October 31, 2013
u s e r u n f r i e n d l y by UBERMORGEN

Yesterday I had a chance to see the UBERMORGEN exhibition at Carroll / Fletcher Gallery in London. Not the best exhibition I’ve seen at this gallery, a shame for the gallery who have put on some great shows this year and UBERMORGEN who are interesting artists.

net-art-routers

net-art-instructions

Above: Aram Bartholl’s Wifi router curation/exhibition concept Offline Art exhibiting UBERMORGEN’s net.art.

deephorizon

Above: Deep Horizon by UBERMORGEN.

anuscan

Above: AnuScan by UBERMORGEN.

The show is a retrospective of sorts of what seems to be about ten years of practice. This is suggested through the exhibition statement; “the Swiss-Austrian-American duo founded in 1999 by lizvlx and Hans Bernhard” and “The exhibition includes two new installations”, however the works aren’t presented very well to give a sense of chronological progression. The first works you encounter when you enter the gallery is the mini-exhibition of net.art on Wi-Fi routers (an exhibition within the exhibition). In these UBERMORGEN’s net.art works, the oldest in the exhibition, have been curated by Aram Bartholl as part of his curation/exhibition concept Offline Art. The idea is interesting because of the presentation but the work itself looks and feels very dated, jarring dramatically with the presentation mode and making it seem as if it’s a gimmick to give extended life to work that would otherwise be less interesting.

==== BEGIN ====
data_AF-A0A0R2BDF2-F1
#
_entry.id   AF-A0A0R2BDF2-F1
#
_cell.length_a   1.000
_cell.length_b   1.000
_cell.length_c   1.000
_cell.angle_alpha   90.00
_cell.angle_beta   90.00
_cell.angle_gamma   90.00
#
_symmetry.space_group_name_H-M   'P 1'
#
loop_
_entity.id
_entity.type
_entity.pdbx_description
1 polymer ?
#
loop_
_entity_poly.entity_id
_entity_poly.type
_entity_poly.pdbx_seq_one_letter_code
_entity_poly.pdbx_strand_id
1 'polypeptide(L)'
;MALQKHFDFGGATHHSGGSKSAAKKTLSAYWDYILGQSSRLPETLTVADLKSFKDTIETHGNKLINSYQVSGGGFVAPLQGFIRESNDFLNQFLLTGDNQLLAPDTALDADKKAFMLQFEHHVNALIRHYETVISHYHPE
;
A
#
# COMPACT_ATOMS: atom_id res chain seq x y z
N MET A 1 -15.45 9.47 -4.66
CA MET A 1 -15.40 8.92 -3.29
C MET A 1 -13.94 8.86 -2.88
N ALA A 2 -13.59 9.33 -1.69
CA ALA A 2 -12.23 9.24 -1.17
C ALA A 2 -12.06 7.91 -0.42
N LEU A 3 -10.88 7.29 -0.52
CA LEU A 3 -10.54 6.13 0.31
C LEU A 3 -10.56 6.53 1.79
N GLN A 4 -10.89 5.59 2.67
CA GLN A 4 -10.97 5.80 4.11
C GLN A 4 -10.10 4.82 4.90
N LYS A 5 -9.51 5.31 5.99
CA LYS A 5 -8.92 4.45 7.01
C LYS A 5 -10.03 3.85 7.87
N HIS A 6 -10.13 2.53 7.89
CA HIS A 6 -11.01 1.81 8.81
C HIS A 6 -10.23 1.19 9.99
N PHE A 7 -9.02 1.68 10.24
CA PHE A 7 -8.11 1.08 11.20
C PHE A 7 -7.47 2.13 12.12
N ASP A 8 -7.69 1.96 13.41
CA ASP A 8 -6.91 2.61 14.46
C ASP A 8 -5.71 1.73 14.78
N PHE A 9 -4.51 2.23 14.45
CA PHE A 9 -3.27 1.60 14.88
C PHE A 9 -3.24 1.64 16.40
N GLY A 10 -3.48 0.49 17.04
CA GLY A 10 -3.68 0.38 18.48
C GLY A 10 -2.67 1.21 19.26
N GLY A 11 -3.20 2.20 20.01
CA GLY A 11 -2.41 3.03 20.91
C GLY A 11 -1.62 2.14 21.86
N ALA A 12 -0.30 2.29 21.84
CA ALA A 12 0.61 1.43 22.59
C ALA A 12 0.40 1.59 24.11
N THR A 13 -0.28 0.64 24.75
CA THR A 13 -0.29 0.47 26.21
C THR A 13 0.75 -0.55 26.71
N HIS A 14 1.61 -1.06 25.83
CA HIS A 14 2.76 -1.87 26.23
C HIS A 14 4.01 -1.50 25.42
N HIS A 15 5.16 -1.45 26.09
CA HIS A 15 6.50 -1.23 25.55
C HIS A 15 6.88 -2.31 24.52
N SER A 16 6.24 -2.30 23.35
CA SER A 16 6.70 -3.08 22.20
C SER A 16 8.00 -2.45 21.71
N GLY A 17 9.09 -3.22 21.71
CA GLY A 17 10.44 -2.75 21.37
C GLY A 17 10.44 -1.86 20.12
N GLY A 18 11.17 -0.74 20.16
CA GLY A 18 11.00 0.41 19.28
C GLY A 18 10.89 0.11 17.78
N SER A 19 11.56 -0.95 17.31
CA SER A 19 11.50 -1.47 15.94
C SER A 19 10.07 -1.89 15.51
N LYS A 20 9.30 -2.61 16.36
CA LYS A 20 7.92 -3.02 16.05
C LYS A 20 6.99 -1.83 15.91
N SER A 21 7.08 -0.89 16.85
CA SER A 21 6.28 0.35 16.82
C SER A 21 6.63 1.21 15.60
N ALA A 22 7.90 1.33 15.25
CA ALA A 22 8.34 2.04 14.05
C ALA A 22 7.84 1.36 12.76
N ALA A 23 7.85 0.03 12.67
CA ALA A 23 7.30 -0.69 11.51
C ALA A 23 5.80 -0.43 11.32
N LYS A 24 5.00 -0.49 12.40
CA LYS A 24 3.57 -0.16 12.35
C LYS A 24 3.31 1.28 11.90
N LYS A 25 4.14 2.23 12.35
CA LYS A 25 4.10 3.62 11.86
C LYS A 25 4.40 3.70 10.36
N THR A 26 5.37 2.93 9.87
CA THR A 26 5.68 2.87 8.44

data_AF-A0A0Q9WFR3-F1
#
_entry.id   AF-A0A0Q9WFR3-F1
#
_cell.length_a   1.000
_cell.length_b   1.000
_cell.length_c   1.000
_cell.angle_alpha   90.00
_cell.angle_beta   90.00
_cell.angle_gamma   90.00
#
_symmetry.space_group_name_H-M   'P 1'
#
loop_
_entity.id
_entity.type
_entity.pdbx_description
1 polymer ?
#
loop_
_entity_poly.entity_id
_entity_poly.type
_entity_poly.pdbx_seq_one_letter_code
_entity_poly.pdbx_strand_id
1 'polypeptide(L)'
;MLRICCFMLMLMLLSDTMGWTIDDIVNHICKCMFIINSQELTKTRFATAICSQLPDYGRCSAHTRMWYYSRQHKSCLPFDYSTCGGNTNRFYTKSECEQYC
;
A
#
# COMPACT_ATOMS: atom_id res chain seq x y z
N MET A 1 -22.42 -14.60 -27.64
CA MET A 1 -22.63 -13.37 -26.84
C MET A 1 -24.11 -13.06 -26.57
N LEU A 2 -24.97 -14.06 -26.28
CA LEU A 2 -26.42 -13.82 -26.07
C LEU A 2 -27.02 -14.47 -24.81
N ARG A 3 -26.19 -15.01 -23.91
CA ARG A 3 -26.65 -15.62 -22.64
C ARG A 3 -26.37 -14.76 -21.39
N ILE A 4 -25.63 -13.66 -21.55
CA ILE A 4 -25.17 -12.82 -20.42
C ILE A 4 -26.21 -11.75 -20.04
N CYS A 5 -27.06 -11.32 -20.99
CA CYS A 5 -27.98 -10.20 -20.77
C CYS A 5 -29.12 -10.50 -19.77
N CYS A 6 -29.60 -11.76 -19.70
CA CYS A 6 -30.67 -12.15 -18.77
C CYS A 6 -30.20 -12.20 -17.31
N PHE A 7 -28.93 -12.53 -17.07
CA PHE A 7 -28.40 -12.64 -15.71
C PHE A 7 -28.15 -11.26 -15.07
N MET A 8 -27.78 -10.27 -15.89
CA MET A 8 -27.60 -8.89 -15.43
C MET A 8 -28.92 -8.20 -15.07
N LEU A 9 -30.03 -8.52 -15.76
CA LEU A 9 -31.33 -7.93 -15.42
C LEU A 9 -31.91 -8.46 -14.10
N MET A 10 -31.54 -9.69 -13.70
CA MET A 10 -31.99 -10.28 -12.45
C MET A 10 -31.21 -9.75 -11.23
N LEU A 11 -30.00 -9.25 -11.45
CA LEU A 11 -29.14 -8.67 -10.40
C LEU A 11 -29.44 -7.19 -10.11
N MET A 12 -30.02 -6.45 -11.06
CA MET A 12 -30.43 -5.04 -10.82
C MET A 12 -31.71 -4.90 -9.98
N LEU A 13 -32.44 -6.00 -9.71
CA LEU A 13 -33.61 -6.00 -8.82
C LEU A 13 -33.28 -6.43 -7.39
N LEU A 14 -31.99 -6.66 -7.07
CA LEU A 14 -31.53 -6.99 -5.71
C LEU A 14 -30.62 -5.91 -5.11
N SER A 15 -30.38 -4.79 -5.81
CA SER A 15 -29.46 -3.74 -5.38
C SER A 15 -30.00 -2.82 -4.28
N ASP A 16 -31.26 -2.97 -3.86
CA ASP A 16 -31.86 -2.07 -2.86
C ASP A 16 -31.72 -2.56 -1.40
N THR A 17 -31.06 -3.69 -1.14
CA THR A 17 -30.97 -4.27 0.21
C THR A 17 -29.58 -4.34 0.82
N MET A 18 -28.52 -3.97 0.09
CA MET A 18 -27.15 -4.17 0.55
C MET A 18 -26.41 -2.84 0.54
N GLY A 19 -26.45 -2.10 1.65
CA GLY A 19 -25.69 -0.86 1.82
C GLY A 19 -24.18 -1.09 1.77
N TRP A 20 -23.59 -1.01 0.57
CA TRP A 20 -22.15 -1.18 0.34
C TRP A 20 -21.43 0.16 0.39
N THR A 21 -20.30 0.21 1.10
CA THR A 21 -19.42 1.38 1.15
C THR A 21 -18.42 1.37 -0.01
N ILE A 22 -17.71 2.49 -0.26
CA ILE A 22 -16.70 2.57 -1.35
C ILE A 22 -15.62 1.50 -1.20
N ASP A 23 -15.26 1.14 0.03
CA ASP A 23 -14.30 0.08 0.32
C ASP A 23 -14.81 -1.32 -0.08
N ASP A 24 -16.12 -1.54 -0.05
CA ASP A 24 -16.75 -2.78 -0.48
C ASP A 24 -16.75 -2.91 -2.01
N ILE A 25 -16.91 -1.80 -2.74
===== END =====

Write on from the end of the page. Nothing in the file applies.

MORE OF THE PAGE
boris1

Above: CCTV (A Parallel Universe) by UBERMORGEN.

boris2

Above: Vladimir by UBERMORGEN.

By far the most interesting works in the show were (V)ote-Auction, “a platform that enabled trading of electoral votes in the presidential race between George W. Bush and Al Gore” and Do You Think That’s Funny? – Snowden Files.

vote-auction

Above: (V)ote-Auction by UBERMORGEN.

The exhibition text in the gallery lacked some of the depth I wanted on the works however the free publication (as a pdf) offered by the gallery is perhaps the most useful text to read. There is also an interesting review of the exhibition on the Furtherfield website.

    Posted by: Garrett @ 9:46 pm

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